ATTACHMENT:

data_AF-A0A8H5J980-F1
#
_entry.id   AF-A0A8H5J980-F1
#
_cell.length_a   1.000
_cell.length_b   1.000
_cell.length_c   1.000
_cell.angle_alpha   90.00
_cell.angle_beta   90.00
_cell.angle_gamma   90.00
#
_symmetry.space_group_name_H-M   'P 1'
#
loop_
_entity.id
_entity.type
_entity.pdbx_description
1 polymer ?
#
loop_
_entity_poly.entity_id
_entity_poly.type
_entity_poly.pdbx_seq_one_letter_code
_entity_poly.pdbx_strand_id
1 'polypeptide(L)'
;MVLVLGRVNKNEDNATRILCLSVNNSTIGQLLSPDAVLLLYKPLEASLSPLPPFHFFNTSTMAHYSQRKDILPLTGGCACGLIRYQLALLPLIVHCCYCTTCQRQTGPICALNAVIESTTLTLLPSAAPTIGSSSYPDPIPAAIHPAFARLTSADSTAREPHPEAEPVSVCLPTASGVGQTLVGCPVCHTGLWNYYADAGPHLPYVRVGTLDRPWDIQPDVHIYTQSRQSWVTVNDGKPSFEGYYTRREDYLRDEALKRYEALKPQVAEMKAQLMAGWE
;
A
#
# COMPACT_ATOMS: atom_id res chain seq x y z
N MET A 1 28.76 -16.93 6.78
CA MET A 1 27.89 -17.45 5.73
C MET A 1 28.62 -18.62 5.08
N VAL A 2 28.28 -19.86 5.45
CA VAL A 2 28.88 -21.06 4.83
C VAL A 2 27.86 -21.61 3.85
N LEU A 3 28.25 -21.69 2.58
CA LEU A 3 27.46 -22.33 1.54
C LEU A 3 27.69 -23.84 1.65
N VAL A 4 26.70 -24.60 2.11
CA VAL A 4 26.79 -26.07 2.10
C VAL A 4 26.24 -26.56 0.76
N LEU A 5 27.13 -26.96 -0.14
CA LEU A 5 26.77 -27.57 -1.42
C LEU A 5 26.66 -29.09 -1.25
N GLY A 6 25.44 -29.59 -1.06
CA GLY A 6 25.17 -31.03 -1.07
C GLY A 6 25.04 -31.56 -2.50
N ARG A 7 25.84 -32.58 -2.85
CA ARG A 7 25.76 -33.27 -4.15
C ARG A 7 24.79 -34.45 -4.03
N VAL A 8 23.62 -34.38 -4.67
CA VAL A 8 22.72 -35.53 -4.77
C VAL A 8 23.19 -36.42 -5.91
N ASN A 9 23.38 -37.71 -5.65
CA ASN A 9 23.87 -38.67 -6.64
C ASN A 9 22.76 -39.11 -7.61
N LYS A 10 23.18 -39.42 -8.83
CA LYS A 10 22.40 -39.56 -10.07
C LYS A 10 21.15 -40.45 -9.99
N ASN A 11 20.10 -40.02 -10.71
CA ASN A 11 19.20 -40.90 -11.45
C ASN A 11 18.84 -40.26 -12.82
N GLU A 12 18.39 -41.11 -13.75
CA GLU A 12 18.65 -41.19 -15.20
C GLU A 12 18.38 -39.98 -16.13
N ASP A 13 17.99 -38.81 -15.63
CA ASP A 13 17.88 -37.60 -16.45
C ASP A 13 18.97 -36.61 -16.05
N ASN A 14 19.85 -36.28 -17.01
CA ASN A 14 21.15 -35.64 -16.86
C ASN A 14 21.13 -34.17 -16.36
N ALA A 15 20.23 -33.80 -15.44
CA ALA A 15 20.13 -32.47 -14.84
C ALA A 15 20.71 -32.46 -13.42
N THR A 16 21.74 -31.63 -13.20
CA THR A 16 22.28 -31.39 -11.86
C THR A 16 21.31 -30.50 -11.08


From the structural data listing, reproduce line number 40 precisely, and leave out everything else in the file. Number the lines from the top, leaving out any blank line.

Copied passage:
N VAL A 4 26.70 -24.60 2.11